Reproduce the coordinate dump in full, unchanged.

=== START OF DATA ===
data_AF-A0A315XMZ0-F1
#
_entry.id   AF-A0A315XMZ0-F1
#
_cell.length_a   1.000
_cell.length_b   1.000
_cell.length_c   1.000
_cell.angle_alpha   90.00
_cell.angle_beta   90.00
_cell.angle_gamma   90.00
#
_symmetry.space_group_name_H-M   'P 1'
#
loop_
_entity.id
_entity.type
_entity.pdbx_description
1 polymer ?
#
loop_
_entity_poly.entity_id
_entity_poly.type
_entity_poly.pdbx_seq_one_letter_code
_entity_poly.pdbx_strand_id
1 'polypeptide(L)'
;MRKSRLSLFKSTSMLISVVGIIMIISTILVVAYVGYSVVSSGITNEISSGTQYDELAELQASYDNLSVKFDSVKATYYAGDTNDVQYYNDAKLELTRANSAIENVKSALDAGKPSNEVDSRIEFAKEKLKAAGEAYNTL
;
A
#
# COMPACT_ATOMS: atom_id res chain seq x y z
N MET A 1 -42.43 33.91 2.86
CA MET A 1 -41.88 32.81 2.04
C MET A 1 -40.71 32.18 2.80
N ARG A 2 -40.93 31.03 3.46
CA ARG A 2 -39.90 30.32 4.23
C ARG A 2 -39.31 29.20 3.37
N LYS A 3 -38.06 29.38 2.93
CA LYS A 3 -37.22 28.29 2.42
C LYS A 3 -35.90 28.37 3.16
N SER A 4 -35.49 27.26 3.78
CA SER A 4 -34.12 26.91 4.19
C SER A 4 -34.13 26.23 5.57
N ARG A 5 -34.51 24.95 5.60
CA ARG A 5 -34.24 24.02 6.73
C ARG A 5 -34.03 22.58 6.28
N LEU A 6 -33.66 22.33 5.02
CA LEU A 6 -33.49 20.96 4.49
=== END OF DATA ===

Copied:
data_AF-A0A315XMZ0-F1
#
_entry.id   AF-A0A315XMZ0-F1
#
_cell.length_a   1.000
_cell.length_b   1.000
_cell.length_c   1.000
_cell.angle_alpha   90.00
_cell.angle_beta   90.00
_cell.angle_gamma   90.00
#
_symmetry.space_group_name_H-M   'P 1'
#
loop_
_entity.id
_entity.type
_entity.pdbx_description
1 polymer ?
#
loop_
_entity_poly.entity_id
_entity_poly.type
_entity_poly.pdbx_seq_one_letter_code
_entity_poly.pdbx_strand_id
1 'polypeptide(L)'
;MRKSRLSLFKSTSMLISVVGIIMIISTILVVAYVGYSVVSSGITNEISSGTQYDELAELQASYDNLSVKFDSVKATYYAGDTNDVQYYNDAKLELTRANSAIENVKSALDAGKPSNEVDSRIEFAKEKLKAAGEAYNTL
;
A
#
# COMPACT_ATOMS: atom_id res chain seq x y z
N MET A 1 -42.43 33.91 2.86
CA MET A 1 -41.88 32.81 2.04
C MET A 1 -40.71 32.18 2.80
N ARG A 2 -40.93 31.03 3.46
CA ARG A 2 -39.90 30.32 4.23
C ARG A 2 -39.31 29.20 3.37
N LYS A 3 -38.06 29.38 2.93
CA LYS A 3 -37.22 28.29 2.42
C LYS A 3 -35.90 28.37 3.16
N SER A 4 -35.49 27.26 3.78
CA SER A 4 -34.12 26.91 4.19
C SER A 4 -34.13 26.23 5.57
N ARG A 5 -34.51 24.95 5.60
CA ARG A 5 -34.24 24.02 6.73
C ARG A 5 -34.03 22.58 6.28
N LEU A 6 -33.66 22.33 5.02
CA LEU A 6 -33.49 20.96 4.49